Being a student-athlete in 2020 is not the same as it was even one year ago. Home workouts are the norm. Getting in touch with coaches comes via text or email, and keeping up with teammates mostly happens through social media. 

Barton isn’t far removed from the swimming pool. Just three years ago, he was competing at Ball State University. He graduated from the Honors College summa cum laude with a double major. Although this particular year doesn’t stack up identically to when he was in school, being a former student-athlete plays into his favor.

Tanner Barton swims in a meet for Ball State. (Ball State Sports Information)

“I understand how these athletes are going to be feeling throughout the course of the season. In December, in a typical year, when we are really going after the yardage and swimming at high intensities, we’re also preparing for finals and getting ready for the end of the semester,” he said. “I understand the exhaustion, the pain, the toll that time period can take on our bodies. I feel like I have a unique ability to relate to the student-athletes and connect with them.”

Another one of Barton’s qualities as a coach is energy. If you have ever been to a swim and dive competition, the team cheering, shouting and clapping mirrors what you’d see from tens of thousands of fans during a football game. Barton fits right in with that atmosphere. 

“I think that my energy is something that I bring to the pool deck,” he said. “You’ll see that at meets, at practices. I am a very optimistic individual and full of energy.

“I believe in top-down leadership. How I am conducting myself at meets and how my staff is conducting themselves, that will trickle down to how the student-athletes are conducting themselves. When I am up, rooting for our swimmers, when I am tracking splits and making sure we are doing what we need to do, the rest of the program will follow suit.”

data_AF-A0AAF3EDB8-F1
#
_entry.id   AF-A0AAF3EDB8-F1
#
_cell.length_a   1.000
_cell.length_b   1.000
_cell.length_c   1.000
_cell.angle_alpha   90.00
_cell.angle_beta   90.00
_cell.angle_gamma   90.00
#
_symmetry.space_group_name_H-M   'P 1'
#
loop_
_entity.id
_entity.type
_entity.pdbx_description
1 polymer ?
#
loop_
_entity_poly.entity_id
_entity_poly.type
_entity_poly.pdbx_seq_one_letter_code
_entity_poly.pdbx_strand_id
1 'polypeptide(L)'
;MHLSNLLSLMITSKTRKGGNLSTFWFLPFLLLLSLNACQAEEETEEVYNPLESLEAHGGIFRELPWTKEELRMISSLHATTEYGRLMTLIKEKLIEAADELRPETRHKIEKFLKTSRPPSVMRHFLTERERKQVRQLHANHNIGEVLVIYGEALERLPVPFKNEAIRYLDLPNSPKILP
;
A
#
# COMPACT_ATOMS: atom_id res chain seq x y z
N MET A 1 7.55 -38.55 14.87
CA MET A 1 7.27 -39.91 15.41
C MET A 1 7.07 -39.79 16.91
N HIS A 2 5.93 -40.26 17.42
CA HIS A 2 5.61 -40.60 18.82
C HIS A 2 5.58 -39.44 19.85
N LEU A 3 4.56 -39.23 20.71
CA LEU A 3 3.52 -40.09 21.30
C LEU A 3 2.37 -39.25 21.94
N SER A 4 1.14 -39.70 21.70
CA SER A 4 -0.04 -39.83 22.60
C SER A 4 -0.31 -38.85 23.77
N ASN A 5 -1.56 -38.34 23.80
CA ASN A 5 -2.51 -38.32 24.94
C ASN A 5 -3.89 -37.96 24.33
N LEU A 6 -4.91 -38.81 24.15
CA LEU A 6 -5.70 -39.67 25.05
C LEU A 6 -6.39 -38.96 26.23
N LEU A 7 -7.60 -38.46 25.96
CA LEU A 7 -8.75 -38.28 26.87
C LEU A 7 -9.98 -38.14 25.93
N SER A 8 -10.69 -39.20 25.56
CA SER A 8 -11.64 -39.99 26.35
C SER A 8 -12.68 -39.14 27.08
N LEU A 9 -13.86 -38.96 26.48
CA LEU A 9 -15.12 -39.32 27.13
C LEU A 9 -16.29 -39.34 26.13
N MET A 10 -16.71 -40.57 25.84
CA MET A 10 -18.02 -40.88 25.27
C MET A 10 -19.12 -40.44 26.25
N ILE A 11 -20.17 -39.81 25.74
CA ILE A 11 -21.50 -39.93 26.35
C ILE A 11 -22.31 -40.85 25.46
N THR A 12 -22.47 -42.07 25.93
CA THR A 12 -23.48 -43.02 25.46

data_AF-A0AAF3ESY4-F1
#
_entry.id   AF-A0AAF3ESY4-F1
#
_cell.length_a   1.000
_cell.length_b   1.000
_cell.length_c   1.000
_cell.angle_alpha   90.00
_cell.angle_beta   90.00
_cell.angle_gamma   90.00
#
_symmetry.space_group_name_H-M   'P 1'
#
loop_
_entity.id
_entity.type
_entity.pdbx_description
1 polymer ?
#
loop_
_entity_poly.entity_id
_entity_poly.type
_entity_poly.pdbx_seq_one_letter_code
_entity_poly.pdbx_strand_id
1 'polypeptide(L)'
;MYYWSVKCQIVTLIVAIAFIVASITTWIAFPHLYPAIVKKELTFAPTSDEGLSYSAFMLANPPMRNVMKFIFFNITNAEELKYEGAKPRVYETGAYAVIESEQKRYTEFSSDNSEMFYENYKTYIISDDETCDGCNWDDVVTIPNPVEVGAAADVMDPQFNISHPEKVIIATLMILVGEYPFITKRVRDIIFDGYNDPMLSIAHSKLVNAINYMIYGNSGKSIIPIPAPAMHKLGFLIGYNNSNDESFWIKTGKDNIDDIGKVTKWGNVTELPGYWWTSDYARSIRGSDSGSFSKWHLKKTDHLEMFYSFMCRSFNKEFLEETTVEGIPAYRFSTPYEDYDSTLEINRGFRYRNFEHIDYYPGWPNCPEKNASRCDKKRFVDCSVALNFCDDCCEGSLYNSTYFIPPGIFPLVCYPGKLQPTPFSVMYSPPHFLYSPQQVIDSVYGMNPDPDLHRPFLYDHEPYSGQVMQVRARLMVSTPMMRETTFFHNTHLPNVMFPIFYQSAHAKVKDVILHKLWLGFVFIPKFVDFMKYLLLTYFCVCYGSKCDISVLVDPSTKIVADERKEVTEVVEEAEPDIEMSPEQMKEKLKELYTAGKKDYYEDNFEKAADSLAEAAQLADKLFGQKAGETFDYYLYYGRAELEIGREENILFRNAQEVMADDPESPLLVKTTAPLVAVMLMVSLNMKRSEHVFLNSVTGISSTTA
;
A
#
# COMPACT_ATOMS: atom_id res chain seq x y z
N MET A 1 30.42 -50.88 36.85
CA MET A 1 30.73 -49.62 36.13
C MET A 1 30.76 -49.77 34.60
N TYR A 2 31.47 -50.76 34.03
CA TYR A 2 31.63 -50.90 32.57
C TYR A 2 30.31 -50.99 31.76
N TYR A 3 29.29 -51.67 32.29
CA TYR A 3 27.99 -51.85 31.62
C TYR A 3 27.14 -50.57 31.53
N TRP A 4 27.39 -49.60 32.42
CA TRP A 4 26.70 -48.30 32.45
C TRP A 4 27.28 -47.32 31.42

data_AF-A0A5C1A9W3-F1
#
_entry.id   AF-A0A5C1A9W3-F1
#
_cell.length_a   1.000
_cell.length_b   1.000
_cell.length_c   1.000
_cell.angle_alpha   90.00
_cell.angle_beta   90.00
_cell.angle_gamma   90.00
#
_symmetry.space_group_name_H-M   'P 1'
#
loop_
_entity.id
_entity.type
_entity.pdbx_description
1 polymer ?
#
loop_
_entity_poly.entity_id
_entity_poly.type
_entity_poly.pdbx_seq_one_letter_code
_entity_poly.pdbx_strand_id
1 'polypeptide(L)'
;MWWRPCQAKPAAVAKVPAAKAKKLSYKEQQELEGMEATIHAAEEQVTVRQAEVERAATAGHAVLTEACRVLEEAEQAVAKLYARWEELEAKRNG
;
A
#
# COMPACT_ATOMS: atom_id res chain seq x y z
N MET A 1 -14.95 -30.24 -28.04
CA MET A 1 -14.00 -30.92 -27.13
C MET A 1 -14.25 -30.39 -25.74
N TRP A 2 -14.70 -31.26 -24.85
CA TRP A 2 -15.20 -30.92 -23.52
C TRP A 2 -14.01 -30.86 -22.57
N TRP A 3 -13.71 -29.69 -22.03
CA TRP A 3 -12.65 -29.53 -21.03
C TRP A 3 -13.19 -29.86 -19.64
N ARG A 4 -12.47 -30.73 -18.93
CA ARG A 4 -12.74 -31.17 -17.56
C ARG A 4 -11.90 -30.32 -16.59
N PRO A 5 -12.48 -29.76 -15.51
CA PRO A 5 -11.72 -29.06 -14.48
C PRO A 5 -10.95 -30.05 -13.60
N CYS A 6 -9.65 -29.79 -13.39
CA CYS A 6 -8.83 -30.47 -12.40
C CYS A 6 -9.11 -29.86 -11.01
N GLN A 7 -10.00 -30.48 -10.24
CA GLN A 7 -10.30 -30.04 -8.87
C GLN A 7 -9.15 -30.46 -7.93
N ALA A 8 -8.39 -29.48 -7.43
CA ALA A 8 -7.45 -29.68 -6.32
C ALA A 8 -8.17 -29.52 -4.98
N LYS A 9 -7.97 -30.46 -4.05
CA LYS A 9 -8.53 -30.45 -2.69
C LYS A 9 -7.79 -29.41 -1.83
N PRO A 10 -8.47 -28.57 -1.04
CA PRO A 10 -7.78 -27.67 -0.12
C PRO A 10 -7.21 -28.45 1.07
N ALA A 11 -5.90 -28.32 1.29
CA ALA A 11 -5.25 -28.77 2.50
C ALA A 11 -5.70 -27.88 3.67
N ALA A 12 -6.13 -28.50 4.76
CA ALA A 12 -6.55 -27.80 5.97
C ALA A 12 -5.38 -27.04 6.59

He also believes fun is just as important.

“Another one of my mottos is ‘fun swimming is fast swimming.’ When our students are having fun and dancing to music behind the block and laughing and joking, that’s what I want to see,” Barton said. “When people are taking pressure off themselves and enjoying the meet, then, they’re going to be swimming faster. If I can continue to also enjoy the process and enjoy the meet — even in high-pressure situations — the athletes will do the same.”

For an extrovert like Barton, the next three months will be perhaps the most difficult for him. No athlete will be in sight until January. Instead of being poolside during practice, he will be logging on Zoom for occasional checkups. 

“The waiting period is difficult. As a coach, I like to be on the pool deck. I like to be working with the student-athletes. The best part of the job is interacting with the current student-athletes. Right now, I am not able to do that here on campus,” he said.

“What it will look like, for my staff and I, is we will continue to have individualized Zoom meetings with student-athletes to check-in with them to see how they’re doing. Obviously, I will answer their training questions and swimming-specific questions, but I will check in with them to build those relationships.”

While we all wait for the COVID-19 pandemic to cast away, Barton has one message for his team: Win the day.

“That’s my other big mantra,” he said. “What can they do academically, athletically, with their family and friends? What can they do to win each day?

“I’ve asked them to figure out what they can do rather than waiting and waiting. Let’s be proactive and see what we can do to win. Let’s make sure we are doing something to win each day.”